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India at the Olympics: Sydney 2000

The first article in the series that takes a look at Indian Olympic performances over the last 2 decades starting with Sydney 2000

The Tokyo 2020 Olympic Games which were to have begun from 24th July 2020 have been postponed, depriving the world of the quadrennial sporting extravaganza for at least another year.

Indian fans and athletes have plenty of reason to mourn too. These Olympics could have been a watershed moment for Indian sports, given that there were realistic expectations from the country’s athletes to achieve a record medal tally. Due to the prevailing pandemic conditions however, that dream will have to wait.

Nevertheless, we take a look back at Indian Olympic performances of the last 2 decades noting the nation’s progress over the years, starting with Sydney 2000.

The Millennium Games

The first Olympics of the 21st century and the new millennium, these Games were expected to not just boost Sydney’s profile but to showcase Australia’s indigenous culture to the world.

Cathy Freeman’s victory in the women’s 400m sprint probably became the most iconic moment of the Games. Other highlights include 17-year old Ian Thorpe winning 3 golds in the swimming pool and Cameroon beating Spain in the football finals.

Marion Jones was the initial star but her 5 medals were later revoked after a doping scandal. The Games also saw the rise of China as a sporting superpower.

A look at India

Karnam Malleswari
Pre-Games expectations:

India went into the Olympic Games with a squad of 65 athletes competing in 8 sports. The biggest medal hopes were from the men’s hockey team, the famed tennis duo of Leander Paes-Mahesh Bhupathi, weightlifter Karnam Malleswari and Asiad 1998 gold medallist boxer Dingko Singh.

The flagbearer:

Leander Paes, the only Indian medallist from the 1996 Olympics was expectedly chosen to lead the Indian team at the opening ceremony.

Notable debuts:

Sydney 2000 marked the Olympic debut of future gold medallist Abhinav Bindra.

The then 17-year old Bindra was the youngest shooter at the Games apart from being the youngest Indian competitor. He went to finish 11th with a score of 590 out of 600.

Badminton coaching genius Pullela Gopichand also made his first and only Olympics appearance as a player at Sydney 2000. He made it to the Round of 16 before losing to eventual silver medallist Hendrawan of Indonesia.


The bronze won by Karnam Malleswari in the Women’s 69kg weightlifting event ended up as India’s only medal at these Games.

She lifted 110kg in Snatch and 130kg in Clean and Jerk for an overall total of 240kg. Gold and silver were won by China (Lin Weining) and Hungary (Erzsébet Márkus), both lifting 242.5kg with the Chinese lifter placing higher due to lesser body weight.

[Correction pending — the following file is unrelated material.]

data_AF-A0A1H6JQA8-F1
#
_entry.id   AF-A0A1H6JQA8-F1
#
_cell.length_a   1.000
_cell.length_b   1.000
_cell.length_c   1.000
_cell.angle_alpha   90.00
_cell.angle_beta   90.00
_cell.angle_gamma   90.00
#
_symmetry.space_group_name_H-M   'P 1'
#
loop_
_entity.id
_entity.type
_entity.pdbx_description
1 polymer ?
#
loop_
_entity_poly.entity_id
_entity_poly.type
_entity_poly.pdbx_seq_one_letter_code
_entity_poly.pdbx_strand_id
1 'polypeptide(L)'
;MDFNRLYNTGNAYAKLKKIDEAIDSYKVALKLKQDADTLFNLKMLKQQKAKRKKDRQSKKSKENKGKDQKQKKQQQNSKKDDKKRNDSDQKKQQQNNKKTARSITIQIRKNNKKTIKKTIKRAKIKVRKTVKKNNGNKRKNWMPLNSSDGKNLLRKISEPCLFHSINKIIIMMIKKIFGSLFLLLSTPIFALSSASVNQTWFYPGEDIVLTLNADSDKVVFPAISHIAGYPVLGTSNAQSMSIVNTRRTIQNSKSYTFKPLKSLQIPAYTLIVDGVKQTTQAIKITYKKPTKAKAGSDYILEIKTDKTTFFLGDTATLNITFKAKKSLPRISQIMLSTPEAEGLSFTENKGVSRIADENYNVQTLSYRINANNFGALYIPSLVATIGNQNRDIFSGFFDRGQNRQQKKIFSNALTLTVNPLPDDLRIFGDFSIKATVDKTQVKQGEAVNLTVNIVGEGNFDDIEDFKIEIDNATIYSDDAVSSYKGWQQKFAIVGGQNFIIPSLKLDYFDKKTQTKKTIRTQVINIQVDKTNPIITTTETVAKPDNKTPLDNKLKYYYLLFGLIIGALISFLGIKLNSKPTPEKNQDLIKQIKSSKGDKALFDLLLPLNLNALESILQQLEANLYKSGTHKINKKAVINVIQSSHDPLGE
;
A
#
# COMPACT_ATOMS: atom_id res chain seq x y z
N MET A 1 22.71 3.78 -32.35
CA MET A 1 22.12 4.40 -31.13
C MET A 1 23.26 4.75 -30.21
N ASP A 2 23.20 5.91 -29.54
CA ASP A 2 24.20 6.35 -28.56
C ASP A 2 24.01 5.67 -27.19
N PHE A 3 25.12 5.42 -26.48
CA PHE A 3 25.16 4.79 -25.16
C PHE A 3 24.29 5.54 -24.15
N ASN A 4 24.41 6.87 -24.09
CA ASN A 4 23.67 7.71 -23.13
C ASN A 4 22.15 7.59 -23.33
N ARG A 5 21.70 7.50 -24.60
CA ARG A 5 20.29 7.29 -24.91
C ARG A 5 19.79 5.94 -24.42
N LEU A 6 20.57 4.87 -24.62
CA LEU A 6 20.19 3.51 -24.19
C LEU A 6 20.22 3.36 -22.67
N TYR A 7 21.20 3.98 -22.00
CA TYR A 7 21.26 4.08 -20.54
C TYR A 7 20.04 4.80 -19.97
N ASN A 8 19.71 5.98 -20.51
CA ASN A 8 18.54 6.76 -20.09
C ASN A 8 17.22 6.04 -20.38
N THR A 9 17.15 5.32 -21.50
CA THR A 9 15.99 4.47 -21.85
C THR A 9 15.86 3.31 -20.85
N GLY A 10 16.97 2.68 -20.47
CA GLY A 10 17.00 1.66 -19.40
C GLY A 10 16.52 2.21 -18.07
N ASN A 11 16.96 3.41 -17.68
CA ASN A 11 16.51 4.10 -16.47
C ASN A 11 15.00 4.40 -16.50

The then 25-year old Malleswari thus became the first Indian woman in history and the first Indian weightlifter to win an Olympic medal.


Paes and Bhupathi crashing out in the second round of the Men’s Doubles tennis event was perhaps the single biggest disappointment for Indian fans.

The duo lost in the 2nd Round to home favourites Mark Woodforde and Todd Woodbridge (‘The Woodies’). Injuries and a falling out before the Games were the factors later blamed for the result.

The men’s hockey team promised much but eventually finished a middling 7th. The team played well throughout the tournament. However a shock draw with unheralded Poland in their final group match, after conceding a last minute goal, meant that the coveted semi-final slot would be out of reach. One of the many cases of so-near-yet-so-far in Indian hockey.

Creditable performances by Indians:

Anjali Bhagwat (then Vedpathak) became the first Indian ever to reach the finals of an Olympic shooting event. Anjali, who made it to the Games thanks to a wildcard, qualified for the Women’s 10m Air Rifle finals after shooting 394. Her modest finals score of 99.1 meant that she would finish only 8th. Nevertheless, her performance paved the way for future Indian Olympic successes in shooting.

Boxer Gurcharan Singh missed out on a medal by the narrowest of margins. He finished equal on points with his Ukrainian opponent in their quarterfinal bout, only to lose after a jury countback. He would have been assured of at least a bronze had he made it to the semis (Dingko meanwhile lost in Round 1).

KM Beena Mol reached the semifinals of the Women’s 400m sprint event, making her the most successful Indian track-and-field athlete of these Games.

In a nutshell:

India’s performance at Sydney 2000 was lacklustre, notwithstanding Malleswari’s historic feat. Barring a few bright spots, Indian athletes in general flattered to deceive, leading to the inevitable comparison of the nation’s population with the Olympic medal count. Much of the blame has to go to the sports administrators of the time.

Nevertheless, the few bright spots did play a major role in India’s Olympic revival, as we will see in future articles of this series.

Also Read: Indian athletes who are benefited from postponement of Tokyo Olympic

Other articles in this series:

Athens 2004

Beijing 2008

London 2012

Rio 2016